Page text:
At a regular meeting of top ministers that will discuss what is widely portrayed as a health crisis in Britain, Johnson will make a bid to secure an extra 100 million pounds ($140 million) a week for the National Health Service, a source close to Johnson told Reuters on condition of anonymity. The sum would be presented as the kind of benefit Brexit would bring.
May is under pressure over the state of the health service from the opposition Labour Party, which says healthcare is being put “recklessly” at risk by ministers unable to tackle bed shortages and thousands of canceled operations.
But the appeal for more funding for the NHS will not be received well by others in May’s divided Conservative government. Finance minister Philip Hammond says he has already increased payments to the NHS and May says funding is at record levels.
“Mr Johnson is the foreign secretary,” Hammond told reporters in Brussels.
“I gave the health secretary an extra 6 billion pounds at the recent budget and we’ll look at departmental allocations again at the spending review when that takes place.”
The row is yet another headache for May, whose weakness since losing her party’s majority at an election last June was underlined by a botched reshuffle of her top team of ministers earlier this month.
With the Conservatives increasingly concerned that Labour is setting the political agenda in Britain by focusing on health, housing and education, many members of the ruling party say it needs to show more clearly the benefits of Brexit.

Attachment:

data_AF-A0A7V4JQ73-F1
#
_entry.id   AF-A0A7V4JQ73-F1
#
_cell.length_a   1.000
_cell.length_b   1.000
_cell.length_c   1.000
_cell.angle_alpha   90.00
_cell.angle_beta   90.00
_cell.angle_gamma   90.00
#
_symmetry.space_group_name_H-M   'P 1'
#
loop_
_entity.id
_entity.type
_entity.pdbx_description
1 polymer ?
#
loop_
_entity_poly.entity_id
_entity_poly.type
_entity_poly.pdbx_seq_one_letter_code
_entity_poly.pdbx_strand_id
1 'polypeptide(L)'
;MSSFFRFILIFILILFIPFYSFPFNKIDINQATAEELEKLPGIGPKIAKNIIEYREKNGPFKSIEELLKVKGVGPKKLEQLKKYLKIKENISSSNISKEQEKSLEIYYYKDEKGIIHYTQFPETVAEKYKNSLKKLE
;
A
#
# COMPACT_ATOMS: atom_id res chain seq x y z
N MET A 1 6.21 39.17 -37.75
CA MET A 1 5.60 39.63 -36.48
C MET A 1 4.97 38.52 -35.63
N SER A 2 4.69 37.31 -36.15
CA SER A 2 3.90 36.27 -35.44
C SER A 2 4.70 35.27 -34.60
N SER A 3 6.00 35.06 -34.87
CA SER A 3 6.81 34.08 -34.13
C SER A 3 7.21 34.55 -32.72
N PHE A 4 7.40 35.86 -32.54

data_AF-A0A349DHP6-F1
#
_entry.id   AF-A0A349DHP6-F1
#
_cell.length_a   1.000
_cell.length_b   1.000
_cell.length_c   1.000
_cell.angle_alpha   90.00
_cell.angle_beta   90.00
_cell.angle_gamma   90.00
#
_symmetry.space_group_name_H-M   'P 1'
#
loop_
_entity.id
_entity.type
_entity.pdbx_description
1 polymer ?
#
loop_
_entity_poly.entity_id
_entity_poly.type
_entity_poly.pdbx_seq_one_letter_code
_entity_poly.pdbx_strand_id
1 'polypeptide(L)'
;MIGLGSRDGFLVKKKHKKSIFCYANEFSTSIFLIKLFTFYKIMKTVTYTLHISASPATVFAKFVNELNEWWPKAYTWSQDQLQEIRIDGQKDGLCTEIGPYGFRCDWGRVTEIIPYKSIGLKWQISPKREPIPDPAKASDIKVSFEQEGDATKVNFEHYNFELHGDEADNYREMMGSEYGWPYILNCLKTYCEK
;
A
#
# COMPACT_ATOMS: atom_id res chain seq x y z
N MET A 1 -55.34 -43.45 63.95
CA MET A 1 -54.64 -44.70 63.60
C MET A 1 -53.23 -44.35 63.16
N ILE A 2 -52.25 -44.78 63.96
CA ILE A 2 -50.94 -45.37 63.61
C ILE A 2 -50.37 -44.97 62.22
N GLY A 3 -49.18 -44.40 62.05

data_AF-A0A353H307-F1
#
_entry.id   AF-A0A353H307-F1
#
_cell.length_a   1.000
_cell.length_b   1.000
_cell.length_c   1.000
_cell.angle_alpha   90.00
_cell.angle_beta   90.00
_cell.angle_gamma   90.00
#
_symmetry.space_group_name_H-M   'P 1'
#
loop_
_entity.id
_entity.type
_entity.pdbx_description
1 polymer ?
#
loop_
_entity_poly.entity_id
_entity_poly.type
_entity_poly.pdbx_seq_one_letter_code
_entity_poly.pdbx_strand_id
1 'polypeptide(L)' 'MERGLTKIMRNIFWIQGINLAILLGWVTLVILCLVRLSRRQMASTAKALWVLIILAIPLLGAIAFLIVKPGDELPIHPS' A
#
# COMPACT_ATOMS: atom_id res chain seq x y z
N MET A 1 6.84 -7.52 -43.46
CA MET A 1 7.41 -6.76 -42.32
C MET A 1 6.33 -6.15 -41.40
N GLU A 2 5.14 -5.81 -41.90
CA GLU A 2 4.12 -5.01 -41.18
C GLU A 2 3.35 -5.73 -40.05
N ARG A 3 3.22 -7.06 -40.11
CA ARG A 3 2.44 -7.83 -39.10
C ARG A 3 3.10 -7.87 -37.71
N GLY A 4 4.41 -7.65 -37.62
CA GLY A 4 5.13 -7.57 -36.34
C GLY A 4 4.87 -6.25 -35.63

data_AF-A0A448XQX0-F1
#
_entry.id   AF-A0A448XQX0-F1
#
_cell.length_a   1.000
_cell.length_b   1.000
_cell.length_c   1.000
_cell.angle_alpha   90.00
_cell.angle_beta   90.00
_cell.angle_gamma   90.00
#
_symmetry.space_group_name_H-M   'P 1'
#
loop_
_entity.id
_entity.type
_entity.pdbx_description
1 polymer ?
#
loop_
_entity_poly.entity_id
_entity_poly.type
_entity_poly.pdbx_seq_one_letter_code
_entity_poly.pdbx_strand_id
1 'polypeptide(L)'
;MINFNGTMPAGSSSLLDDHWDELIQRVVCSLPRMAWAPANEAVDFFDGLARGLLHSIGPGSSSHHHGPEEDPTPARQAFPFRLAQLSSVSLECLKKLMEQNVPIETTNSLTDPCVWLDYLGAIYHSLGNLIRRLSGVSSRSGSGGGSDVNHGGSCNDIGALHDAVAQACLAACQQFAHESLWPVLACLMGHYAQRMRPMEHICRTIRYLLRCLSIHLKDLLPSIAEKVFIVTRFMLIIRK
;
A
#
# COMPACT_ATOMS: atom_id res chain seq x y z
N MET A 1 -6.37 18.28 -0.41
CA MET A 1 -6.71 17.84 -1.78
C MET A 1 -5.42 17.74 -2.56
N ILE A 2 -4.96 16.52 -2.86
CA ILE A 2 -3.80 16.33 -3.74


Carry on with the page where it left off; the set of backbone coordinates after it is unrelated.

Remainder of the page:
Johnson and other Brexit supporters said during the campaign for the 2016 referendum on leaving the European Union that Britain pays 350 million pounds a week to the bloc and promised to spend the money on the NHS instead if Britain voted to leave.
Mindful of that promise, some Conservatives are calling for the government to increase funding.
“We have to deliver Brexit and deliver for the NHS,” Andrew Bridgen, a pro-Brexit lawmaker, told Reuters.
Britain is not due to leave the EU until March next year and then will start a transition that is expected to take around two years, during which little, including payments to the block, will change.
But fights over the so-called Brexit dividend - the funds that will be freed up when Britain stops paying into EU coffers - are worsening, with the ministers for health, education and defense and others bidding for more funds for their departments.
“The biggest divisions are over how to spend the money that comes back,” said a former aide to May. “It’s all about the Brexit dividend.”
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